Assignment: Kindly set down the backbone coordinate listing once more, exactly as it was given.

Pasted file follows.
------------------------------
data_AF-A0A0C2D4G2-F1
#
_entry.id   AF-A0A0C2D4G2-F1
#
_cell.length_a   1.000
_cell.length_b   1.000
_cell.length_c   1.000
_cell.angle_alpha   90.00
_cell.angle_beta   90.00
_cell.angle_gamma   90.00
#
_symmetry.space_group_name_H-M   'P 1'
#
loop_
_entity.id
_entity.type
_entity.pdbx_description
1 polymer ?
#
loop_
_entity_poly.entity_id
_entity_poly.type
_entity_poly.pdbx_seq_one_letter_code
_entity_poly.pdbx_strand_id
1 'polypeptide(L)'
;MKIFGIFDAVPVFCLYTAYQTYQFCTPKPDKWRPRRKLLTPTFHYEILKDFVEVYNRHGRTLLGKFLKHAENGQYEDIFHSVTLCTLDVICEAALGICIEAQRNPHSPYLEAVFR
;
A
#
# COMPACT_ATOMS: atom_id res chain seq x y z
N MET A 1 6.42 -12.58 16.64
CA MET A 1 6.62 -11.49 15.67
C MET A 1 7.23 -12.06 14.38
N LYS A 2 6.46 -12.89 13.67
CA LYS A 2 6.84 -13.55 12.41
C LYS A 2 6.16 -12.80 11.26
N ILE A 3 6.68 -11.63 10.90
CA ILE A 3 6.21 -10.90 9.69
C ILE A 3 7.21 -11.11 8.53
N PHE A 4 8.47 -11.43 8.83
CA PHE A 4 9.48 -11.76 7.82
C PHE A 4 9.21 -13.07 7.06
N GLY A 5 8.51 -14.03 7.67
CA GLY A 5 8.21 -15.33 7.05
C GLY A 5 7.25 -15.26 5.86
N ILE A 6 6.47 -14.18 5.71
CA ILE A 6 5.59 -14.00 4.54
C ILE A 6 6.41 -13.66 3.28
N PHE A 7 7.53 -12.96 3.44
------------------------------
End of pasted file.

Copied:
data_AF-A0A0C2D4G2-F1
#
_entry.id   AF-A0A0C2D4G2-F1
#
_cell.length_a   1.000
_cell.length_b   1.000
_cell.length_c   1.000
_cell.angle_alpha   90.00
_cell.angle_beta   90.00
_cell.angle_gamma   90.00
#
_symmetry.space_group_name_H-M   'P 1'
#
loop_
_entity.id
_entity.type
_entity.pdbx_description
1 polymer ?
#
loop_
_entity_poly.entity_id
_entity_poly.type
_entity_poly.pdbx_seq_one_letter_code
_entity_poly.pdbx_strand_id
1 'polypeptide(L)'
;MKIFGIFDAVPVFCLYTAYQTYQFCTPKPDKWRPRRKLLTPTFHYEILKDFVEVYNRHGRTLLGKFLKHAENGQYEDIFHSVTLCTLDVICEAALGICIEAQRNPHSPYLEAVFR
;
A
#
# COMPACT_ATOMS: atom_id res chain seq x y z
N MET A 1 6.42 -12.58 16.64
CA MET A 1 6.62 -11.49 15.67
C MET A 1 7.23 -12.06 14.38
N LYS A 2 6.46 -12.89 13.67
CA LYS A 2 6.84 -13.55 12.41
C LYS A 2 6.16 -12.80 11.26
N ILE A 3 6.68 -11.63 10.90
CA ILE A 3 6.21 -10.90 9.69
C ILE A 3 7.21 -11.11 8.53
N PHE A 4 8.47 -11.43 8.83
CA PHE A 4 9.48 -11.76 7.82
C PHE A 4 9.21 -13.07 7.06
N GLY A 5 8.51 -14.03 7.67
CA GLY A 5 8.21 -15.33 7.05
C GLY A 5 7.25 -15.26 5.86
N ILE A 6 6.47 -14.18 5.71
CA ILE A 6 5.59 -14.00 4.54
C ILE A 6 6.41 -13.66 3.28
N PHE A 7 7.53 -12.96 3.44